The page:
Several cruise ships have designated areas such as individual boxes filled with wood chips or crumpled newspaper designed for your dog. Check with your travel agent to ensure your cruise ship supplies these, and if so, practice with your dog in a similar container before you go. And since some ports do not allow dogs to enter without proper quarantine time, be sure to have a back-up plan or a friend handy in order to disembark and enjoy.

Wherever your plan to explore with your guide dog, be sure to research where the closest vet and emergency pet hospitals are located. Hopefully you will not need to use this information, but having it close may be vital.

Wheelchairs and Scooters

Some large planes have a space to put a manual wheelchair in the cabin, though most wheelchairs and scooters are placed in cargo. They are the last items loaded and the first to come out. Have your travel agent try to book a non-stop flight if possible to alleviate the hassle of getting your chair out of cargo. Use gel-cell batteries if traveling in a power-driven wheelchair, for many airlines refuse to carry wet-cell batteries for security reasons.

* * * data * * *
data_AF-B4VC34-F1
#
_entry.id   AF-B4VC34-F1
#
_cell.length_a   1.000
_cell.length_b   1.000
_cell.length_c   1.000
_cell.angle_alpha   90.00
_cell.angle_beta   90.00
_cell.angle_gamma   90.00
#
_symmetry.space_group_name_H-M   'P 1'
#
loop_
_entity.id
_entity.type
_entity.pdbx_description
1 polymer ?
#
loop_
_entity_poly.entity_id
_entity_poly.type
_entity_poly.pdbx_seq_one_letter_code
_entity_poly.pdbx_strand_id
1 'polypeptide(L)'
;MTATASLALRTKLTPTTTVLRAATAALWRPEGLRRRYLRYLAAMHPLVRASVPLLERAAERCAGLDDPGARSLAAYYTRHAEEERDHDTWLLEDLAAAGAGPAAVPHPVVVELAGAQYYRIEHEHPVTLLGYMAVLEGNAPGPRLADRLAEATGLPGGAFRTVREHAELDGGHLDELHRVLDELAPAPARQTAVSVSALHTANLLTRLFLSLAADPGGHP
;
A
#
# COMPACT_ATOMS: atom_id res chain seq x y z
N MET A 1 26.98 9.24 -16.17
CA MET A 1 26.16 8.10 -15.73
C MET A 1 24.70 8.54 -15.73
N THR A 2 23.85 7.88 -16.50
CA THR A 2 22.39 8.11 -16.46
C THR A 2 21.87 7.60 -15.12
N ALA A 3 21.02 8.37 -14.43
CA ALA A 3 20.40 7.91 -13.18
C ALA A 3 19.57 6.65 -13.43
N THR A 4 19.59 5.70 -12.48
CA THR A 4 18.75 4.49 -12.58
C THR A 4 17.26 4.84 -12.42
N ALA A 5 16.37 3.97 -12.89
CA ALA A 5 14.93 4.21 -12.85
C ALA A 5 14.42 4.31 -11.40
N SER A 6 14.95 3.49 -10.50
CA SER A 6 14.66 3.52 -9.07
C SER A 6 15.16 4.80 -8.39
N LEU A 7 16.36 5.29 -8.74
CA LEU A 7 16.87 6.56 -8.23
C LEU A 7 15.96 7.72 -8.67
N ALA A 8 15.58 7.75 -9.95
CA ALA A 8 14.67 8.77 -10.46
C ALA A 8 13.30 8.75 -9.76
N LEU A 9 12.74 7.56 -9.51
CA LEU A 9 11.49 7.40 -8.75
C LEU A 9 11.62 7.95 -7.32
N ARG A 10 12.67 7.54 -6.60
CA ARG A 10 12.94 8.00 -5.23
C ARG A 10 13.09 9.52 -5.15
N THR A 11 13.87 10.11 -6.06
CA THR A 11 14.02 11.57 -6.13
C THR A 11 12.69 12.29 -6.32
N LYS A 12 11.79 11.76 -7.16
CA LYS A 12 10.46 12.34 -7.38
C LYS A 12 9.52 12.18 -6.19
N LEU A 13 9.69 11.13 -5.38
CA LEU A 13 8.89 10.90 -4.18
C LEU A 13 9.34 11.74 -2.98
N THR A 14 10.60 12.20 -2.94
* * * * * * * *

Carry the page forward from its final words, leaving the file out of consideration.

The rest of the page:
No matter what type of wheelchair or scooter your ride, have it serviced before a trip. It may be difficult to find a repair shop while on safari in Botswana. Be sure to bring spare parts and tools, and you or someone you’re traveling with should know how to dismantle your scooter or wheelchair just in case something goes wrong.

The Art of Travel

With so many factors to organize at once, planning a trip can be wonderfully chaotic. So all travelers,disabled or not, benefit from advanced planning, which can save you a lot of time and effort. It’s far easier to make reservations and deal with problems from home than from a castle in Germany where you may have to deal with language barriers. Yet no matter how much you plan your next vacation, unexpected problems still arise.